Case studies are a popular tool in business management training. They allow companies to put managers into credible business situations and see how they respond. It helps the individual prepare for the ‘real thing’ and encourages them to consider different ways of responding to events in business. In the business English classroom, the case study also provides the student with valuable language practice. It’s an opportunity for students to try out the language they have been learning in lessons in a realistic situation.
How a case study works
In general, a case study works like this: Firstly, students receive background information about a real business situation. This might take the form of a reading, a listening or a video. During this time, they’ll need help with vocabulary and understanding the key content. The teacher also needs to check that students have a thorough understanding of the problem or issue that needs to be addressed. Next students work in groups or pairs and try to respond to the problem authentically. This is clearly the stage where lots of language is generated and the teacher’s role is to monitor. After the problem has been solved, students reflect on what happened in the case study and how successful the process was. In a language classroom, this includes feedback on language use.
Tips for successful case studies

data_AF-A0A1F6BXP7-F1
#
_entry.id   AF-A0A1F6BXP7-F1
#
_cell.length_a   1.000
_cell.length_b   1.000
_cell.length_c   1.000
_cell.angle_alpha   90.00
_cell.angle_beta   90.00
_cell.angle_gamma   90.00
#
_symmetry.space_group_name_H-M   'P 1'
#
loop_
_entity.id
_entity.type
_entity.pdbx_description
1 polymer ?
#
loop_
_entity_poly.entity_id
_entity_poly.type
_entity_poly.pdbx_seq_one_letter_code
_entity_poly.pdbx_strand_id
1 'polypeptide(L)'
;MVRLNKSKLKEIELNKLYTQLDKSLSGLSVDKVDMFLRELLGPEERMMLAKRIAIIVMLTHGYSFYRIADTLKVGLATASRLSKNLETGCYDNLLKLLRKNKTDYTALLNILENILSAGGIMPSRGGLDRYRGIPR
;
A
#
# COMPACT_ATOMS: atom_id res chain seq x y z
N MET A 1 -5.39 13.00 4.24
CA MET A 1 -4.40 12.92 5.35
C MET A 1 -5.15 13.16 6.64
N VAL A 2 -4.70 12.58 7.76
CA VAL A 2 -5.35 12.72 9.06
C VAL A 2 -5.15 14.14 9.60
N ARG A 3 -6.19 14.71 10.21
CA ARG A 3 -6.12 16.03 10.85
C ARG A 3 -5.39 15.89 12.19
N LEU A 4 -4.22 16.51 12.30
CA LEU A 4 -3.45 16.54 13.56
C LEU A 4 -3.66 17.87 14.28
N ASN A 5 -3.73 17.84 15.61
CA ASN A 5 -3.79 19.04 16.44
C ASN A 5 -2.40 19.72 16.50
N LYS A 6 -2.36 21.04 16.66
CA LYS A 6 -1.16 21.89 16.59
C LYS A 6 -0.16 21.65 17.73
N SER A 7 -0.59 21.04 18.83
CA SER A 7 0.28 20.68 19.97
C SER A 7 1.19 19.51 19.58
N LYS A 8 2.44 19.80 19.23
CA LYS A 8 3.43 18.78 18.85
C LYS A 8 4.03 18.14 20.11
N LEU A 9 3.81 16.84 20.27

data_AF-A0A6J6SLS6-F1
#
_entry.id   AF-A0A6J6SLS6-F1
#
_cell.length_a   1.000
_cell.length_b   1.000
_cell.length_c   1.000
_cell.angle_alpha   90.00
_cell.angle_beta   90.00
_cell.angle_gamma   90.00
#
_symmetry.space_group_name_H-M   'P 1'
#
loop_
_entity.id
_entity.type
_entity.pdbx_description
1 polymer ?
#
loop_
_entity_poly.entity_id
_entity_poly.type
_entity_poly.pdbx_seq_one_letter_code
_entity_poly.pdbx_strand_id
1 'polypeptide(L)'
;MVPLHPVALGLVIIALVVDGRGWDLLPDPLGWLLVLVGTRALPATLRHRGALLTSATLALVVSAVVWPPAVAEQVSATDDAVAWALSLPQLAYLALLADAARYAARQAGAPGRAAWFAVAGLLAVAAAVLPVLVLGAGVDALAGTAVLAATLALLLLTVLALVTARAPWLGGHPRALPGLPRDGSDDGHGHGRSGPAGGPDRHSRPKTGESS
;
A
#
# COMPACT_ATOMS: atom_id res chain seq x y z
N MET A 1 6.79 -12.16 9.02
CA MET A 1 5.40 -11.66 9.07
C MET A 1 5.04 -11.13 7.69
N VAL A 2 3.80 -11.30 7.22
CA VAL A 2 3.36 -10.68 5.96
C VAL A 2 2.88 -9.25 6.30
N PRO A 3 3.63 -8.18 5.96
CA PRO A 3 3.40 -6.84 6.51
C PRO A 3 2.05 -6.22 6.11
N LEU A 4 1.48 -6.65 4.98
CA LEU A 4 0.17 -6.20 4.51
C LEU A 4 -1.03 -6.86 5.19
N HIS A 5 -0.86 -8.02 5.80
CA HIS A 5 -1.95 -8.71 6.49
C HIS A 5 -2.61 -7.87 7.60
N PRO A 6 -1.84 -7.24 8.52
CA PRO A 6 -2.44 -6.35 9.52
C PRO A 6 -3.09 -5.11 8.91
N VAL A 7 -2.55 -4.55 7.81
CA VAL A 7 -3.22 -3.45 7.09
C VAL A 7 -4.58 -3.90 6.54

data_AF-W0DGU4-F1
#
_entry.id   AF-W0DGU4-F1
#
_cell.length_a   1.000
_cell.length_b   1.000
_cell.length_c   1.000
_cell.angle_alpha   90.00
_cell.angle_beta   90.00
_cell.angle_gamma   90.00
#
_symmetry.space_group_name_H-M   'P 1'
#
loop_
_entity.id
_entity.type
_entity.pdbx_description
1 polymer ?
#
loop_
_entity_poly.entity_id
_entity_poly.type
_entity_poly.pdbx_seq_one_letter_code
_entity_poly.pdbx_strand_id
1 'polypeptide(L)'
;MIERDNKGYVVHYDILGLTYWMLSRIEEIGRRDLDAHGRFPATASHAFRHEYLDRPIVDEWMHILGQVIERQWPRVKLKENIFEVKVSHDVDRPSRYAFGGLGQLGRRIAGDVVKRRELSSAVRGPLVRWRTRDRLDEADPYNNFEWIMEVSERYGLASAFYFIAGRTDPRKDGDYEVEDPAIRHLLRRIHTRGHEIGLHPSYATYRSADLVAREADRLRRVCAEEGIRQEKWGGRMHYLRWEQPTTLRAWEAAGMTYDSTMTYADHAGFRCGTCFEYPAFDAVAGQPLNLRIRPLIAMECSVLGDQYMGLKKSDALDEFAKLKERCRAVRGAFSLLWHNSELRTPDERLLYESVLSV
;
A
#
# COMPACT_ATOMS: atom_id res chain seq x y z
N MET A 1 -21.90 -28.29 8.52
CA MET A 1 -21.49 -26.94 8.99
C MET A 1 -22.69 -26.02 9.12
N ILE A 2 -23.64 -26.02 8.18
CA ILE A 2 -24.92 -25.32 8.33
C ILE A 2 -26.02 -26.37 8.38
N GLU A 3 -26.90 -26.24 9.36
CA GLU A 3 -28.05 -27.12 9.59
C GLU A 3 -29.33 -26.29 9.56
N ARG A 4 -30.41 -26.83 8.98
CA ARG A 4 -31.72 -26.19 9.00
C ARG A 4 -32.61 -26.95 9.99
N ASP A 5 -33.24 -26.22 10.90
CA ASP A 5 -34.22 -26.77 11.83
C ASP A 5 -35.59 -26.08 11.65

Despite being useful teaching tools, case studies can end with student dissatisfaction and the teacher can be left wondering why the case seemed to fail. Here are some ideas and tips to ensure that case studies work well in your lessons.
1: Raise interest
Make the case relevant to the students. Allow time for them to share what they already know about the topic and find out what experience they have in a similar situation.
2: Get everyone to take part
Some students will talk more than others but try to involve all your students. Vary interaction patterns (i.e. using pair work and group work) so everyone has a chance to contribute.
3: Concept checking
Throughout the case study, check everyone understands the instructions and aims of each stage
4: The language
You can input useful language before you start and it’s also helpful to ask students to suggest expressions they that will be useful for the task. After the case study, set aside time to talk through common errors or examples of correct and effective language.
5: Navigate the students
Sometimes in case studies, students go down the wrong track. It’s your job to get them going in the right direction again. Prompt them during pair work or group work and don’t be afraid to make a suggestion if necessary.
6: Reach a conclusion
It’s not crucial that everyone agrees on a final outcome since language practice is the primary goal. But students will feel more satisfied if everyone manages to agree on a final outcome.
7: Feedback and reflection
Allowing students to reflect on and discuss what went well and what didn’t go so well in the case study provides another opportunity for language practice.